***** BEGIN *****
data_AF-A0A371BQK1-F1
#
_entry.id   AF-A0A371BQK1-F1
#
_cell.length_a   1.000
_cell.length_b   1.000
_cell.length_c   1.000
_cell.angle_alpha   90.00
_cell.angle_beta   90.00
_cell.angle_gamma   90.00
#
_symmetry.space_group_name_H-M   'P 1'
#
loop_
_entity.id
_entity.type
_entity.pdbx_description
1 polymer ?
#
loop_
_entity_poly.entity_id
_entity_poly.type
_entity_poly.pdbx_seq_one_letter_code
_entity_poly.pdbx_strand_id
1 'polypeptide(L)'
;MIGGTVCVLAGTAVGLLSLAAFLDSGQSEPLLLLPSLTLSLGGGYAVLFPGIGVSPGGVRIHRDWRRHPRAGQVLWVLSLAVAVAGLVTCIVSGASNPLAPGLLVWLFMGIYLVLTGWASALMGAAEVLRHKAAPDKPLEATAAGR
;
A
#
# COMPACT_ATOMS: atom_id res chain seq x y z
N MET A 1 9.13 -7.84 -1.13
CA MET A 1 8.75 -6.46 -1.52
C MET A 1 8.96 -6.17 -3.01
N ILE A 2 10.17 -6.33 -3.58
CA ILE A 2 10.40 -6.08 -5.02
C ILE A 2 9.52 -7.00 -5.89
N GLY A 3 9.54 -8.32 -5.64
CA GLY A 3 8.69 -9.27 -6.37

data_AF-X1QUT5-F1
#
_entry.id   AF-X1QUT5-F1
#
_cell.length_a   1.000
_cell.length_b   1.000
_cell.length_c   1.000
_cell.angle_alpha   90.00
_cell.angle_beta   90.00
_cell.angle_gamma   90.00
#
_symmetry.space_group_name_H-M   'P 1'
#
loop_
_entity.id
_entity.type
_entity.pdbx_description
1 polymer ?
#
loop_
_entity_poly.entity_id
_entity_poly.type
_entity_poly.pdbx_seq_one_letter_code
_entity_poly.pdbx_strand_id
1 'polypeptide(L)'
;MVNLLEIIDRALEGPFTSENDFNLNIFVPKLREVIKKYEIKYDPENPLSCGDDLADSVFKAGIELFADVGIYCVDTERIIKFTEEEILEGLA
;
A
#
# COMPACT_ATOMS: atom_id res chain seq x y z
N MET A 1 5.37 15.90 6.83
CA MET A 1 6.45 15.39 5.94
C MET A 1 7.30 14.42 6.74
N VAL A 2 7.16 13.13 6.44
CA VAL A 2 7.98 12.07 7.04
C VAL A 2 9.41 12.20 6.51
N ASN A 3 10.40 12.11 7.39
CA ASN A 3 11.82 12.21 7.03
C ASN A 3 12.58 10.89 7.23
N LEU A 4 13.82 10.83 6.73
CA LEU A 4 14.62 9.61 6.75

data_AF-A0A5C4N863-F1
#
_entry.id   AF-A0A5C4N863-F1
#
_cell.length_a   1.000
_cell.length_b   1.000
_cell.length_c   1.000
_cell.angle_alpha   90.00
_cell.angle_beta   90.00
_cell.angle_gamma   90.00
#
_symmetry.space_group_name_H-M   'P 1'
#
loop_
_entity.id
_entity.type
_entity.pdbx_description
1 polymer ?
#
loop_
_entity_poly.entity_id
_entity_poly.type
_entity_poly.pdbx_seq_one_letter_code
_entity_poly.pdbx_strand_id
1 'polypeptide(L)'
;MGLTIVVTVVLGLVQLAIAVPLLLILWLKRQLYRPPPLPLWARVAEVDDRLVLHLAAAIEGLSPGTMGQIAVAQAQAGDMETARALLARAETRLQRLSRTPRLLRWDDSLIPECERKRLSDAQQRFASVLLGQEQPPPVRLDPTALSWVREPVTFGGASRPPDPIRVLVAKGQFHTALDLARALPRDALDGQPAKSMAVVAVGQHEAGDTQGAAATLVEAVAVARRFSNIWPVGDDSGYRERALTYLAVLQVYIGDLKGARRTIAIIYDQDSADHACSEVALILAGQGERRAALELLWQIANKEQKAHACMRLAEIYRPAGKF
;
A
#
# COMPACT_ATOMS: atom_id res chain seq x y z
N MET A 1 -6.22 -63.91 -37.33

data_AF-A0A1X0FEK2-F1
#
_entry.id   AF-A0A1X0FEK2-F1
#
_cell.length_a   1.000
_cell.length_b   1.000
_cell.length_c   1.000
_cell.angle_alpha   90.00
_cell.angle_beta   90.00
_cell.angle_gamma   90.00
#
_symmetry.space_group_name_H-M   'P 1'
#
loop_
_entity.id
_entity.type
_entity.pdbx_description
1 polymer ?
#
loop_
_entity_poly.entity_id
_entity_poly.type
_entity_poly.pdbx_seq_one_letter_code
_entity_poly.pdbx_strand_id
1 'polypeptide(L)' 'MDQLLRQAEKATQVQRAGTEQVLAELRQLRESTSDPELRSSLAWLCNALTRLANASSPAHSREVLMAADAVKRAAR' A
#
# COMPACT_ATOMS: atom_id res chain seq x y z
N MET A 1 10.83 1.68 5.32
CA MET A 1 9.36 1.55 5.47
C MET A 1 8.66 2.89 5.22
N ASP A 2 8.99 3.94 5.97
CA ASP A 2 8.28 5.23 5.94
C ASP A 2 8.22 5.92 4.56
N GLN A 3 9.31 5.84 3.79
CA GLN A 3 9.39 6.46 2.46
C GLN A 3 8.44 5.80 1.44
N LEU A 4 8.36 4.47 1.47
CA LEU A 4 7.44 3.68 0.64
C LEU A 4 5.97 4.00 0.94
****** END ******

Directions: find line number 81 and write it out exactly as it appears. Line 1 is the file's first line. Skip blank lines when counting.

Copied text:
#